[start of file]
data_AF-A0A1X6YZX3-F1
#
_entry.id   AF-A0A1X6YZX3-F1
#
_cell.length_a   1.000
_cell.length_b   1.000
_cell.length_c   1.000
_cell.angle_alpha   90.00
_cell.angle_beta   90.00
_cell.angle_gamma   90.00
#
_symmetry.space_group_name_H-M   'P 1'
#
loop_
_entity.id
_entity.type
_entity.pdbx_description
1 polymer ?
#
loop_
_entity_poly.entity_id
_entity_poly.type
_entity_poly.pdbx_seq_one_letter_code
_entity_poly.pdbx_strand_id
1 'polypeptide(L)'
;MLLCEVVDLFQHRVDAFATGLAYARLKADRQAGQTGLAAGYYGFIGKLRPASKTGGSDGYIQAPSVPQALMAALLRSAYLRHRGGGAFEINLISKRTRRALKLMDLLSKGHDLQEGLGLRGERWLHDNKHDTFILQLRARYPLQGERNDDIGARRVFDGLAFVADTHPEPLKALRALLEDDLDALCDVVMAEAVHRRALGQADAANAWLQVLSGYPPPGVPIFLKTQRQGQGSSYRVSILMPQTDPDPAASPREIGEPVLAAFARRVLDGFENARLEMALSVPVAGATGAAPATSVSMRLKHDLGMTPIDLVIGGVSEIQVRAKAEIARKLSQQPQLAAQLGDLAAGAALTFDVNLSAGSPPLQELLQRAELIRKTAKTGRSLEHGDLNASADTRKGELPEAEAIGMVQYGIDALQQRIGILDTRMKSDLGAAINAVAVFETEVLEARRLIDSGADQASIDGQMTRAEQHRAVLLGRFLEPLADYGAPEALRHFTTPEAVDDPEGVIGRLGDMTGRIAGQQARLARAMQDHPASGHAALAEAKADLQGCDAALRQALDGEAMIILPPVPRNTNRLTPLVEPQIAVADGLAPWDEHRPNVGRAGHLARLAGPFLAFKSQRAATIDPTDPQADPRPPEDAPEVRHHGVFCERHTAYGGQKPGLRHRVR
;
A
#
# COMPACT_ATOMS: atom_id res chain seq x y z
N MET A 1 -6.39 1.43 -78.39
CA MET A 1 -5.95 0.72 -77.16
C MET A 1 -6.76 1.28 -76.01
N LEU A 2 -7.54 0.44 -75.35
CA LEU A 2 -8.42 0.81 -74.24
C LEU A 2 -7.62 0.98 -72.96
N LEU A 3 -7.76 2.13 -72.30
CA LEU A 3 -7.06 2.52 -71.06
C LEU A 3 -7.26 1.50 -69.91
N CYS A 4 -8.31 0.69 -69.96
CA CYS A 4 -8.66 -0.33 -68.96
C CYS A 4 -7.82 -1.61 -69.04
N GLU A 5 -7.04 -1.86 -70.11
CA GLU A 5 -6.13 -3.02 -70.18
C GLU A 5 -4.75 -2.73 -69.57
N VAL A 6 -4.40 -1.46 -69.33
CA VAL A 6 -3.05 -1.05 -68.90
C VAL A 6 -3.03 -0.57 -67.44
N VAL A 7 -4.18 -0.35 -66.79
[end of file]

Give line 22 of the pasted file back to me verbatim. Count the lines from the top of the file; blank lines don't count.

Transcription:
_entity_poly.type